Kennel owner guilty of imperiling pets in flood
The owner of an unlicensed kennel in Naperville has been ordered to perform community service work for endangering 10 dogs and two cats that had to be rescued from the rising waters of the DuPage River during last spring’s flood.
Jean A. Li Petri, 69, is the owner and operator of Naperville Kountry Kennels, at 1804 S. Washington St. on the city’s south side. The kennel lies between Washington Street and the river.
Li Petri lives on the 3200 block of Farmgate Drive, in the Pencross Knolls area of Naperville’s far southwest side. She pleaded guilty in DuPage County Circuit Court in Wheaton to a misdemeanor charge of violation of owners duties/first offense.
Court records showed Judge Bruce R. Kelsey recently accepted Li Petri’s plea and ordered her to perform 75 hours of community service work as part of her penalty. Kelsey also placed Li Petri on a year of court supervision and ordered her to pay unspecified fines and legal fees, records indicated.
Naperville police went to the kennel at 11:01 p.m. April 18, the night of the flood. A distraught woman had called police to report that her 22-year-old daughter had been at a nearby car wash “when she heard the dogs making noise” inside the kennel, according to copies of written police reports obtained by The Sun.
The younger woman “had observed the dogs in the rising flood water” as the river began overflowing its banks, the reports stated. The mother corroborated her daughter’s statement, after she said she went to the kennel and “observed the buildings under water and saw the dogs standing in water,” the reports indicated.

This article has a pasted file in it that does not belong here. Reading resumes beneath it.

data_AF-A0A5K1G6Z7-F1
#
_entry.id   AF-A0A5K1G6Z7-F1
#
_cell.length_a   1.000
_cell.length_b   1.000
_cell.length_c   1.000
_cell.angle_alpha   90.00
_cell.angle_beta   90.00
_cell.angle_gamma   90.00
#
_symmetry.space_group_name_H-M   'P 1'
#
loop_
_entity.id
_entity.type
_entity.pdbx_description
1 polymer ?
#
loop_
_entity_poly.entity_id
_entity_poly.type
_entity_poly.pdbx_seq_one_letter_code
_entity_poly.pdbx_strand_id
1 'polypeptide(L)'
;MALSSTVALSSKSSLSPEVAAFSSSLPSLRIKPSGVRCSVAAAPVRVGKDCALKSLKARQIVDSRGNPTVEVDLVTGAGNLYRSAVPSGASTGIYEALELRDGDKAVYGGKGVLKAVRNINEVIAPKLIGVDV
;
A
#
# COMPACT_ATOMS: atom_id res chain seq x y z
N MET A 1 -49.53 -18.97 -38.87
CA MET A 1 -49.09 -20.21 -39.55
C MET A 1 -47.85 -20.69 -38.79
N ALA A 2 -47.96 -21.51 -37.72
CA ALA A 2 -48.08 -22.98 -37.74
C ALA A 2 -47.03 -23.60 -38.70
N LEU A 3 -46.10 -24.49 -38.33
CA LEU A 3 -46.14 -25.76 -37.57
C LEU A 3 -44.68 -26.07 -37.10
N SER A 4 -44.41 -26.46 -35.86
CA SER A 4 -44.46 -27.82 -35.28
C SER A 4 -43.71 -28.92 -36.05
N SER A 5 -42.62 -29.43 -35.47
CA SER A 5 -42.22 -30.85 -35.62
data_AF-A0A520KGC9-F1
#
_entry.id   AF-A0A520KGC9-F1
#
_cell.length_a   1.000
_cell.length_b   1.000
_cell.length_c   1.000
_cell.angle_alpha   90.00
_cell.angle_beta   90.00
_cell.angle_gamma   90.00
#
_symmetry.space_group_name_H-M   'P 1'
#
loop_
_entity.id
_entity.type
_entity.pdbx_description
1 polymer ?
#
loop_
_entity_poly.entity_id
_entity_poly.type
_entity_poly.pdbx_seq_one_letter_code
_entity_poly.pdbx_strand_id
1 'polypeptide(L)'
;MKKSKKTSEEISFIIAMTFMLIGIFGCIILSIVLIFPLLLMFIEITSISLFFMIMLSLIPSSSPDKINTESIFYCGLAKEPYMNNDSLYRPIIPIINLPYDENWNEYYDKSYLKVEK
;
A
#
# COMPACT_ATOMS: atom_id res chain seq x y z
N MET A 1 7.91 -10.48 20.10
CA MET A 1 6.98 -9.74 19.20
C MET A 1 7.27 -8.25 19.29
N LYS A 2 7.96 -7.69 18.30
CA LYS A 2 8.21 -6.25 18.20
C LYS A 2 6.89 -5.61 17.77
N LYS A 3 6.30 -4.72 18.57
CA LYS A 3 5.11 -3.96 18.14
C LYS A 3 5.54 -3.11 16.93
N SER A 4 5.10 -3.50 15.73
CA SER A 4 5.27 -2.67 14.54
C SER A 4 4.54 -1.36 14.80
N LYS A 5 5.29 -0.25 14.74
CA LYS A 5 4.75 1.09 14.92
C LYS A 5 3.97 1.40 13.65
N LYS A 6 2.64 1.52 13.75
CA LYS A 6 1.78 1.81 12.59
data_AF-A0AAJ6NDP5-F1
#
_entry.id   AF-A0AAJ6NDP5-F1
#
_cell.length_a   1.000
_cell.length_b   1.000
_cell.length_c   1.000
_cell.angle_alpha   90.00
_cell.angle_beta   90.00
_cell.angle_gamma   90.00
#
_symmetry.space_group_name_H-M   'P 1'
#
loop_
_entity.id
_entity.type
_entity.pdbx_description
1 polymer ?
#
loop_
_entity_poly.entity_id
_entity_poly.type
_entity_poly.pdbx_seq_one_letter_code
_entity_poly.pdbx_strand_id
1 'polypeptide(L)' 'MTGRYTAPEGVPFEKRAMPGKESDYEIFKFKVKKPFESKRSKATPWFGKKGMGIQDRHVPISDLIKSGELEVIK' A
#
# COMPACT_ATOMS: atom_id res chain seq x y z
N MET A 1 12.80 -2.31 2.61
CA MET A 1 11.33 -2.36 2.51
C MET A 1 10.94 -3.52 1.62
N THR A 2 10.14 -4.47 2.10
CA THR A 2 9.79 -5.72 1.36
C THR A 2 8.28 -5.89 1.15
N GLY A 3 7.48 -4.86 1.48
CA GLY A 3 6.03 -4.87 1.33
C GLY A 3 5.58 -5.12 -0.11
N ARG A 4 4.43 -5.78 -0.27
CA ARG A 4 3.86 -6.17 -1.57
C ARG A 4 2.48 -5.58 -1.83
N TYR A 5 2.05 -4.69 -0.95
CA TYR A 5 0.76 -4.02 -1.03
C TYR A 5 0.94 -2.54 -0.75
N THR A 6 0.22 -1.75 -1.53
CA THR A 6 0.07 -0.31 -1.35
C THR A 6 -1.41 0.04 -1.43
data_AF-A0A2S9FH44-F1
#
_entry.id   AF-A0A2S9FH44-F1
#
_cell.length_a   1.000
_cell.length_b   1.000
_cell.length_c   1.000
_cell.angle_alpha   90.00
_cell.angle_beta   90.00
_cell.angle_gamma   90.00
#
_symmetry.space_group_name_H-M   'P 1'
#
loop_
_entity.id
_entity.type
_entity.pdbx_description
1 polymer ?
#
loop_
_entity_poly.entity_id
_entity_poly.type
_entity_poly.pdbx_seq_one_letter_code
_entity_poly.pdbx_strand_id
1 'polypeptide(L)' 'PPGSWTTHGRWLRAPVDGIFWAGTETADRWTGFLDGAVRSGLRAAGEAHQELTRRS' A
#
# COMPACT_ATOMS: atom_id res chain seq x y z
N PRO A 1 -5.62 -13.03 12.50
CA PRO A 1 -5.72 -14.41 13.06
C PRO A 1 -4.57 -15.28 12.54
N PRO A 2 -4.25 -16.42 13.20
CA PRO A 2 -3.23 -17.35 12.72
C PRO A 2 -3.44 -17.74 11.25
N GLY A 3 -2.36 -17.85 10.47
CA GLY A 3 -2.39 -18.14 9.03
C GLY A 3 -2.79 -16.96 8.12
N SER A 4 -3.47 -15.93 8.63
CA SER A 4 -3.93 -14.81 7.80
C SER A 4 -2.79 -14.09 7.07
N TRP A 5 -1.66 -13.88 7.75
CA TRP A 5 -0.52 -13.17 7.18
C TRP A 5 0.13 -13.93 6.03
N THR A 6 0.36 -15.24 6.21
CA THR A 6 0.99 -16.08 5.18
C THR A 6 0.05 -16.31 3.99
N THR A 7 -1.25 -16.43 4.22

A police officer who went to the rear of the kennel later that evening noted the water by that time “had risen past the dog runs and fully engulfed the kennel’s office with over a foot of water.”
The officer also saw two outdoor cages containing four dogs.
“One large dog was locked in a cage next to the office, and the water was clearly up to his mid-leg,” the officer reported. The other cage contained three dogs, “and the water was up to their feet and covered the cement floor,” according to the reports.
Two more dogs were found “tied to a railing in a garage-type structure,” the officer noted. The other seven animals were found inside the kennel.
Li Petri, when located by police, said 11 of the dogs and cats “were being boarded at the kennel by other dog owners.” The reports stated Le Petri told police “the water (had) never risen this high in the past, and only one time back in 1996 did the kennel flood.”
Reports also indicated police had been in contact with Li Petri earlier that evening, when she told them the pets were “being cared for by someone staying” at the kennel, which includes a private living area.
The mother and daughter who were renting the home from Li Petri subsequently told police theirs was an arrangement in which they did “not have any responsibility for the animals,” according to the reports. The mother added Li Petri, in a recent conversation with her, “said nothing about watching out for the dogs.”
Police and animal control officers rescued the pets, which included two chocolate Labrador retrievers, a beagle, a cocker spaniel and a Lhasa Apso. All were reunited with their owners.
Sgt. Steve Schindlbeck in April said police found the dogs and cats barking and meowing in distress. Investigators later contacted officials of the U.S. Department of Agriculture about the situation, and federal authorities “could not find an operating license for Kountry Kennels,” Schindlbeck said.
An examination of court documents revealed Li Petri had no record in DuPage, Kane and Will counties.